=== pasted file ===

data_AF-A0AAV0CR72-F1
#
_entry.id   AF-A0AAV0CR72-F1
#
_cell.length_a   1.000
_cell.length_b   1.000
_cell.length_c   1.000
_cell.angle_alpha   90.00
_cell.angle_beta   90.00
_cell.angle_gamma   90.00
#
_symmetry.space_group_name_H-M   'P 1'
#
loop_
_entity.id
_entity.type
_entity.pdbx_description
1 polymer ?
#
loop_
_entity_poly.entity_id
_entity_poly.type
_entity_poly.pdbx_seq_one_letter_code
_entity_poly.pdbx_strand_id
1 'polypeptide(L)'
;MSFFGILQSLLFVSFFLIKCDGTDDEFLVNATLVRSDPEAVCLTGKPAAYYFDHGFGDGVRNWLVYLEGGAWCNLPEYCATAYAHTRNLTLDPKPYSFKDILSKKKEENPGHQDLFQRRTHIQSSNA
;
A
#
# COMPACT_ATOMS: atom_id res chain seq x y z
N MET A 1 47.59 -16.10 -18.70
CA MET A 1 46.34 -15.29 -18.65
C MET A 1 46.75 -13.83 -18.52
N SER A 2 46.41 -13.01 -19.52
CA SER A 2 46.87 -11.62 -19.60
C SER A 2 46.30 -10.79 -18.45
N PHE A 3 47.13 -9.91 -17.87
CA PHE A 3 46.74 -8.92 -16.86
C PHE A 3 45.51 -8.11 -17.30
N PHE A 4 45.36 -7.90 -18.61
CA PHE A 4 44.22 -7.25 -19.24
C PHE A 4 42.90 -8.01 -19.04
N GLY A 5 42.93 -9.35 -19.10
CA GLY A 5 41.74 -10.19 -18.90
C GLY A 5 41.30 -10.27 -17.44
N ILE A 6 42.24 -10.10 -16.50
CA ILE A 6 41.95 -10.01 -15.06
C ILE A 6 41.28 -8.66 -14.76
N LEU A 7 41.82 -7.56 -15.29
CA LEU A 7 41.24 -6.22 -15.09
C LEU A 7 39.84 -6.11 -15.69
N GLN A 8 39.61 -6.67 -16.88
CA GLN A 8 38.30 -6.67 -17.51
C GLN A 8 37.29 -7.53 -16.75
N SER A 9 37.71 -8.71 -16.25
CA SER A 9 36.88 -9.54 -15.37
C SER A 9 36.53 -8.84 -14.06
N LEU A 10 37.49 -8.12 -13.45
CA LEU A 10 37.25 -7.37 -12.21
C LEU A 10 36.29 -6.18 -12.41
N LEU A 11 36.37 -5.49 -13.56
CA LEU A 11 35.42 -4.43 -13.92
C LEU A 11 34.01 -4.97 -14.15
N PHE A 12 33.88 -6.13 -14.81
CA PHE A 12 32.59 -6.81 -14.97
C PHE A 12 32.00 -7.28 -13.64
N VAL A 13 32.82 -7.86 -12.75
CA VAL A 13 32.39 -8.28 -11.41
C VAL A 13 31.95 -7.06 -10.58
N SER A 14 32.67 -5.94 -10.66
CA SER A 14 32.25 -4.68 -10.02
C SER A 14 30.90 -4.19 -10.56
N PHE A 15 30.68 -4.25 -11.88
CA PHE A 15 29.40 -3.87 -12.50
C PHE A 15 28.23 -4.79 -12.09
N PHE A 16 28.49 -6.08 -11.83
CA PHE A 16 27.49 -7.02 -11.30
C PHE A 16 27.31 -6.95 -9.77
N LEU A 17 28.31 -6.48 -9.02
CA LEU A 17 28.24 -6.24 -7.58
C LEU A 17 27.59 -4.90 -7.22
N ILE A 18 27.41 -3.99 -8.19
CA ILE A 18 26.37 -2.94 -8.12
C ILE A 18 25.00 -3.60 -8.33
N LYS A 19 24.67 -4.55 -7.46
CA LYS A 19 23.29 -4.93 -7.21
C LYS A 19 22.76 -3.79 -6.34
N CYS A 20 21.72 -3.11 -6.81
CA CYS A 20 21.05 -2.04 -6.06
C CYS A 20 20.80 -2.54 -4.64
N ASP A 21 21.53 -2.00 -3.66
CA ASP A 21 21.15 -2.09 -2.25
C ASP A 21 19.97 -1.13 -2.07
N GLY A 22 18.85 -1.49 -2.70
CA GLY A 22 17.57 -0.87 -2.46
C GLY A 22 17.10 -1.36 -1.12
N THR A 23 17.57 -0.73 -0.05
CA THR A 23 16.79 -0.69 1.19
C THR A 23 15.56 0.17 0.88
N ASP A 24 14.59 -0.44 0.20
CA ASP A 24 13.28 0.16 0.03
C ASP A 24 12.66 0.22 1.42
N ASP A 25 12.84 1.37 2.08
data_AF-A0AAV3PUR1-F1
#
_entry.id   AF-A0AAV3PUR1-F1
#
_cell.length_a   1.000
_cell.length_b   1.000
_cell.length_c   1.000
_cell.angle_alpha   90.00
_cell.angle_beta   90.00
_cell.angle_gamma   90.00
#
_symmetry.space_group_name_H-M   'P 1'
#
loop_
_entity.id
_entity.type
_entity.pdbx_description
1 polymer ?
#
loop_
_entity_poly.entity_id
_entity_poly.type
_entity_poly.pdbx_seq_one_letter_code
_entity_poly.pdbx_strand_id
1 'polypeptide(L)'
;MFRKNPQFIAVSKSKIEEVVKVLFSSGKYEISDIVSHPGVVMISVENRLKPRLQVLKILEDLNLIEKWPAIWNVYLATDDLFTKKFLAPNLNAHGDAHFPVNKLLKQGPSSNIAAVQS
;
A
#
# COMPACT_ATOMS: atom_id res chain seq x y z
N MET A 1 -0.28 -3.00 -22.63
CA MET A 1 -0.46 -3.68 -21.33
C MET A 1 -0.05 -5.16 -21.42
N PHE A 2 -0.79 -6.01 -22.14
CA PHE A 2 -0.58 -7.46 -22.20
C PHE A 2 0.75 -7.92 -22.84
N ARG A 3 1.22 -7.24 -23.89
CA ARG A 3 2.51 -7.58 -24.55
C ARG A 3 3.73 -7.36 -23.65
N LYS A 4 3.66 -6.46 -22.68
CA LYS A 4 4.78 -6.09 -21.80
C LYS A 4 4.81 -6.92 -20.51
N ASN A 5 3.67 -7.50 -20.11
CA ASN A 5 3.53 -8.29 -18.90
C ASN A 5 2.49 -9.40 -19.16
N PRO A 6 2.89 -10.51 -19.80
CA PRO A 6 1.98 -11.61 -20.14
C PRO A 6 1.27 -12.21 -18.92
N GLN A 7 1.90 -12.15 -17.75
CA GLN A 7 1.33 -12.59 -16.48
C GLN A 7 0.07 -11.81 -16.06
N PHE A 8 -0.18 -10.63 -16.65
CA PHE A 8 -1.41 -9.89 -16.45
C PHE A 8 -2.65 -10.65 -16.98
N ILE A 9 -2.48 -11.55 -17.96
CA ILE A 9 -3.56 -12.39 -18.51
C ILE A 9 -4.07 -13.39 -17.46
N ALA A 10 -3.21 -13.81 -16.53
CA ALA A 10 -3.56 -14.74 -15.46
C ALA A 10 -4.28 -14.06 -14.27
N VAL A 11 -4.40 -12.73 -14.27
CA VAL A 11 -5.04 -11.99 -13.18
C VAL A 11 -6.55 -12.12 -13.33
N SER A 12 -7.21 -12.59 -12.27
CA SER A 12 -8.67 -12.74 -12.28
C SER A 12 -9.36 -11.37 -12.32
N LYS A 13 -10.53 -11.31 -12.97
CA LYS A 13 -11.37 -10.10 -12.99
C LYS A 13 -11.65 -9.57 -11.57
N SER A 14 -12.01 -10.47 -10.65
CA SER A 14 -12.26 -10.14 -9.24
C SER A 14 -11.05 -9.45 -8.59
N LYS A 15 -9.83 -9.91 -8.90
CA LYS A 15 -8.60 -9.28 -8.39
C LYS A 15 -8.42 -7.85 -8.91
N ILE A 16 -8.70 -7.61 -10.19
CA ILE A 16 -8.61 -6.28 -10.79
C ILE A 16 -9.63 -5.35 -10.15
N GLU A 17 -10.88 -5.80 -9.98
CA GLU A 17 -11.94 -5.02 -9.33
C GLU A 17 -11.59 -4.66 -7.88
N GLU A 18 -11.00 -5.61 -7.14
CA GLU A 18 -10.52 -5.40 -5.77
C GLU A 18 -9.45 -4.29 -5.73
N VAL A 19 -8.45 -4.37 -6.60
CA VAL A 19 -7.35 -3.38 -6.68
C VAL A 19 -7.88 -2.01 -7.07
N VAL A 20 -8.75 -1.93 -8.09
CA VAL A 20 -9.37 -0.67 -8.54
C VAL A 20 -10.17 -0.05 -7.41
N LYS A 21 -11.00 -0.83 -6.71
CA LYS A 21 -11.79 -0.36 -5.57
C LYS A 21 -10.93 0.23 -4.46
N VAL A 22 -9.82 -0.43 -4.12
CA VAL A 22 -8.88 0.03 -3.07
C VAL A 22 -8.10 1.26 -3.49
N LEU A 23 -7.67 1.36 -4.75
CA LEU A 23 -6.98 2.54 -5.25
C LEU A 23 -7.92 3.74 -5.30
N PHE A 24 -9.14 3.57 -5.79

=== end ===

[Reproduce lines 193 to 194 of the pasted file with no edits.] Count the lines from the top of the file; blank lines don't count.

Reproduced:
C VAL A 20 -10.17 -0.05 -7.41
N LYS A 21 -11.00 -0.83 -6.71